Only days ago, the last pianist in the embattled Palestinian refugee camp Yarmouk, Ayyam al-Ahmad, was posting videos online in which he gave a voice to the residents' suffering. Sadly, his precious instruments were burned by Islamist militants this weekend.
Local sources told Ynet that on Friday the Palestinian musician, who is the last member of his Youth of Yarmouk band still in the Damascus camp, attempted with friends to move some of his instruments outside of the camp, to a neighboring town in Syria because they were in danger of being destroyed by Syrian military shelling.
On the way out of the camp, Ahmad and his friends reached a roadblock manned by Islamists, apparently from Jabhat al-Nusra, with a wagon containing the instruments. After inquiring about the contents, the Islamists poured gasoline and burned the instruments. They were worth about two million Syria pounds – slightly less than 25,000 euros.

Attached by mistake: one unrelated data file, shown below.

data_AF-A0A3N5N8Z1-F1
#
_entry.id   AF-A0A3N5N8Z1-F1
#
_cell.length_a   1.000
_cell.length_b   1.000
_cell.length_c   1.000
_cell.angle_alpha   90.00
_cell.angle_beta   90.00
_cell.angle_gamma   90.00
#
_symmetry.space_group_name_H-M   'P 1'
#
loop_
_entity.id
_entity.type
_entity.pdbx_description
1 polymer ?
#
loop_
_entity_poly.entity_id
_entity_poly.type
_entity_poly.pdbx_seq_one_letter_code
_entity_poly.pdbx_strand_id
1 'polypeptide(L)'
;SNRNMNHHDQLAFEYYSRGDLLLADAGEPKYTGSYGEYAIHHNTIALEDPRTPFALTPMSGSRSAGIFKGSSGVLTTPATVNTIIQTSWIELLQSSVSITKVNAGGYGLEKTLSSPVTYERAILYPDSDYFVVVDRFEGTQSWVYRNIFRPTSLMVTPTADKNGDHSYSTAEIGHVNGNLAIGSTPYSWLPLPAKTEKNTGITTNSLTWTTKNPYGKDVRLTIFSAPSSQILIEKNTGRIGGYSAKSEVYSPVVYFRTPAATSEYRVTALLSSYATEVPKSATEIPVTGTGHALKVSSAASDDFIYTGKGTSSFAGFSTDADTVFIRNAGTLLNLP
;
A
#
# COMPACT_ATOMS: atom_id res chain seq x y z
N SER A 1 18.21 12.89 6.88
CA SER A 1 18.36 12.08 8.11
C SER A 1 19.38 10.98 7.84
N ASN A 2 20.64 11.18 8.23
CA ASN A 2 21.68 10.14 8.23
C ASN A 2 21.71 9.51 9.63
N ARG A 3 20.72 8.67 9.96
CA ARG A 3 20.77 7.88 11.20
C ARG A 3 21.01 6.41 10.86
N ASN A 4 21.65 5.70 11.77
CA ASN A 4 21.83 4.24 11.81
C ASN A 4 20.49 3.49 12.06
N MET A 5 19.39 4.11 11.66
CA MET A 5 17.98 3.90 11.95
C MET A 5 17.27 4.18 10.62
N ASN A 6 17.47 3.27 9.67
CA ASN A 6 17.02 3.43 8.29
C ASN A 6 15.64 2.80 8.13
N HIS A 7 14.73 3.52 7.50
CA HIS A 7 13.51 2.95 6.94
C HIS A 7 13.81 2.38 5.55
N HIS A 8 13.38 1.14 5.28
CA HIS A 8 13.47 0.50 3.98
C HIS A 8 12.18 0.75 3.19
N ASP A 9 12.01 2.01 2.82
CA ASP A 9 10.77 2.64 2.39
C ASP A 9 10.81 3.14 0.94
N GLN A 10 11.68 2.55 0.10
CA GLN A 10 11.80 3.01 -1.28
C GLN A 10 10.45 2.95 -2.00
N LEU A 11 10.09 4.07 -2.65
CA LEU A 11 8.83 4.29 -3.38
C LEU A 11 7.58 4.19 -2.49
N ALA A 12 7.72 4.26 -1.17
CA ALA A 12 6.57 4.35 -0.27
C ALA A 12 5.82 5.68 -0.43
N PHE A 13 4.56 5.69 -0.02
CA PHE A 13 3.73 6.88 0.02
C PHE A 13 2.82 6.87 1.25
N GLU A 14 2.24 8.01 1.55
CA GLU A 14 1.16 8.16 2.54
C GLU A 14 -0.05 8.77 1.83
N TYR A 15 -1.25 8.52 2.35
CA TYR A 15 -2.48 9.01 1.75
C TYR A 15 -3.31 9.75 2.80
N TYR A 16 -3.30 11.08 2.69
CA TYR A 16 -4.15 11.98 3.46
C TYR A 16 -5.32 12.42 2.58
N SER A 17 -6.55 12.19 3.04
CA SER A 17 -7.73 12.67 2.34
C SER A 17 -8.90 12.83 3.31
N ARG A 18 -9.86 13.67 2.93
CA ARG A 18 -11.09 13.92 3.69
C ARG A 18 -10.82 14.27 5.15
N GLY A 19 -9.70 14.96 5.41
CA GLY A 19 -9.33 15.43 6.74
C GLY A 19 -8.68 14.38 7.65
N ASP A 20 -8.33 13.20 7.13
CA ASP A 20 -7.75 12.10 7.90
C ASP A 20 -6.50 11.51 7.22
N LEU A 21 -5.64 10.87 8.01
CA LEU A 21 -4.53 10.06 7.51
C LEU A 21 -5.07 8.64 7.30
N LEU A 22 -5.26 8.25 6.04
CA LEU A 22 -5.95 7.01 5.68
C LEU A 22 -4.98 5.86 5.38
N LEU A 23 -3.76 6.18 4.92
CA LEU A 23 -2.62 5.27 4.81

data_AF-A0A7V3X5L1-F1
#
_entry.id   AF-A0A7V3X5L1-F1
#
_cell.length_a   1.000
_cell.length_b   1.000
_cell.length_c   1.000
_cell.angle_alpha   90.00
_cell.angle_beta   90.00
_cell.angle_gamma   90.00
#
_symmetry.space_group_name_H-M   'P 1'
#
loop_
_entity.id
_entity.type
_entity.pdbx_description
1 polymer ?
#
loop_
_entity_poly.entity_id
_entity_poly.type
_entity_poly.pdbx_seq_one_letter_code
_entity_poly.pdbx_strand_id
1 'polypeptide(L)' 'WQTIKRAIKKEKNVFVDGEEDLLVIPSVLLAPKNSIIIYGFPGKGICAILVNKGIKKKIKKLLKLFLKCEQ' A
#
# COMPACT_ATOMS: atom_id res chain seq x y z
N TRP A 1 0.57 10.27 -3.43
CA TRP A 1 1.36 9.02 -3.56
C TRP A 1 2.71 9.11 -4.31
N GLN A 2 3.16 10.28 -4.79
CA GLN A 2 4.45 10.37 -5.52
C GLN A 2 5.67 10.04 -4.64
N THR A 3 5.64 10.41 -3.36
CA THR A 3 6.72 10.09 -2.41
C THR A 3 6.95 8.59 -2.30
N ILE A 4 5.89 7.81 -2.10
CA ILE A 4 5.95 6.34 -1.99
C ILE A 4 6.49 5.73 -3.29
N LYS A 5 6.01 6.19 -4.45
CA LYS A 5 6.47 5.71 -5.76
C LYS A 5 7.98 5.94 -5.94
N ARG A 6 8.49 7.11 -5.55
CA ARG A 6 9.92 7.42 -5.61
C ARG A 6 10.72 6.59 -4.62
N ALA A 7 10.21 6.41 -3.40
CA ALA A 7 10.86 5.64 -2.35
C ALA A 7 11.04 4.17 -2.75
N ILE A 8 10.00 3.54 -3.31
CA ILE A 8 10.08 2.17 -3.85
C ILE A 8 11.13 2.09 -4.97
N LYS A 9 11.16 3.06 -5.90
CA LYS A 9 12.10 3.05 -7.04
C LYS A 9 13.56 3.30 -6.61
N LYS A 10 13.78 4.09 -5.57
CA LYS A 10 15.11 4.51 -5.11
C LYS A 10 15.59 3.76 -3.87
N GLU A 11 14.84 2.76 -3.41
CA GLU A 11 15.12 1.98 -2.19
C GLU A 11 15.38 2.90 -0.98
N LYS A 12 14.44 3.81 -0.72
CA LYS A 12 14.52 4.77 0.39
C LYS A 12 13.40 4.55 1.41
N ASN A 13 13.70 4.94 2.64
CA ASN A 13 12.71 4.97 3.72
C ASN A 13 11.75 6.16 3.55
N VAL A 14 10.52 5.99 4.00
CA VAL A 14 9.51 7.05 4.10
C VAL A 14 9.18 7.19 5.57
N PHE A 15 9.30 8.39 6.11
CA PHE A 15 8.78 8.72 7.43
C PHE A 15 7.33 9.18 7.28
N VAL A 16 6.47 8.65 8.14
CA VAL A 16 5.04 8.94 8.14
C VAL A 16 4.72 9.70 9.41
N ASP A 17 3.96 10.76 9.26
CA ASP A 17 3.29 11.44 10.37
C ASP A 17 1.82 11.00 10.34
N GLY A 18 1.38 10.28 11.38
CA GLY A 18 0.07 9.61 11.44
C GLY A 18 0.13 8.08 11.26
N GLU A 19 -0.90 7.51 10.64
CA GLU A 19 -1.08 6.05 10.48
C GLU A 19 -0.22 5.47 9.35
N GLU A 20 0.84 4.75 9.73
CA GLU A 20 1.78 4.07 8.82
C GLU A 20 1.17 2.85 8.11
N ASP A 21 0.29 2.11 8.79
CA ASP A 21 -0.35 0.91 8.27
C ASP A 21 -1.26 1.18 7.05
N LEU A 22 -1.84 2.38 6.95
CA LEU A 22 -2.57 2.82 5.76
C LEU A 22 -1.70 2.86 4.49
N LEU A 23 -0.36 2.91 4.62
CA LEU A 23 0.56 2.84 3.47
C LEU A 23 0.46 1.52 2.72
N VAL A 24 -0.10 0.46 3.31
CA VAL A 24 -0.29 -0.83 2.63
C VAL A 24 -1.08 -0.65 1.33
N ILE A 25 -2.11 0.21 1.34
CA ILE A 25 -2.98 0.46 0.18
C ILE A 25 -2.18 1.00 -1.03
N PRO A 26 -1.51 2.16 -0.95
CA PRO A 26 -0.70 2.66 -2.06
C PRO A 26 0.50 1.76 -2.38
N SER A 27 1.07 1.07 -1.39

"Music is forbidden, but what they are doing to us is not," said the local sources.
When Ahmad and his friends returned, sources in Yarmouk said, they closed Ahmad's music store out of concern that it would be a target.
"The situation is beginning to frighten us. They even want to take music away from us," said the sources. They are anxious about the future, but said they wanted to keep playing music "so (the Islamist militants) don't take away the camp's voice. We will fight to use music to spread the word of the suffering in the camp."
The incident was reported by media outlets inside the camp and those affiliated with the Syrian opposition, but could not be independently verified.
A Syrian opposition site claimed those behind the burning were members of the camp who had joined the Islamic State group. A local told Ynet recently that al-Nusra operatives warned the band two months ago not to play in the street, and said they would not show mercy next time.